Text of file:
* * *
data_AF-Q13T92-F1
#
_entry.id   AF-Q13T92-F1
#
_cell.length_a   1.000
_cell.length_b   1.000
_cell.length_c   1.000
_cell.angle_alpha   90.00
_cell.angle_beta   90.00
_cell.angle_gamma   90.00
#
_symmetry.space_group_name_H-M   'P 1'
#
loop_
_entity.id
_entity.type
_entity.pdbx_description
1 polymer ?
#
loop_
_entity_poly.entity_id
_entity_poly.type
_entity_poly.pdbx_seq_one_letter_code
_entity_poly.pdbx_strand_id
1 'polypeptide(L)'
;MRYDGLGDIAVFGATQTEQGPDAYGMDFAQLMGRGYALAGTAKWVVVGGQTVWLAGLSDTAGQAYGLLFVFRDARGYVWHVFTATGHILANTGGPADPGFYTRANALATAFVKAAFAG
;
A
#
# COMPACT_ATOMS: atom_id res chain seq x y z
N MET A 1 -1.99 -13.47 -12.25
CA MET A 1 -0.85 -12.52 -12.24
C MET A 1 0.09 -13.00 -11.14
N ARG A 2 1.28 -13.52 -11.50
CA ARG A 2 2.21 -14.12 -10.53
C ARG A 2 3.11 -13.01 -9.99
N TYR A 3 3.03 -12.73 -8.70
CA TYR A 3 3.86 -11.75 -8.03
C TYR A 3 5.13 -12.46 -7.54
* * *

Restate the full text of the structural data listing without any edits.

data_AF-Q13T92-F1
#
_entry.id   AF-Q13T92-F1
#
_cell.length_a   1.000
_cell.length_b   1.000
_cell.length_c   1.000
_cell.angle_alpha   90.00
_cell.angle_beta   90.00
_cell.angle_gamma   90.00
#
_symmetry.space_group_name_H-M   'P 1'
#
loop_
_entity.id
_entity.type
_entity.pdbx_description
1 polymer ?
#
loop_
_entity_poly.entity_id
_entity_poly.type
_entity_poly.pdbx_seq_one_letter_code
_entity_poly.pdbx_strand_id
1 'polypeptide(L)'
;MRYDGLGDIAVFGATQTEQGPDAYGMDFAQLMGRGYALAGTAKWVVVGGQTVWLAGLSDTAGQAYGLLFVFRDARGYVWHVFTATGHILANTGGPADPGFYTRANALATAFVKAAFAG
;
A
#
# COMPACT_ATOMS: atom_id res chain seq x y z
N MET A 1 -1.99 -13.47 -12.25
CA MET A 1 -0.85 -12.52 -12.24
C MET A 1 0.09 -13.00 -11.14
N ARG A 2 1.28 -13.52 -11.50
CA ARG A 2 2.21 -14.12 -10.53
C ARG A 2 3.11 -13.01 -9.99
N TYR A 3 3.03 -12.73 -8.70
CA TYR A 3 3.86 -11.75 -8.03
C TYR A 3 5.13 -12.46 -7.54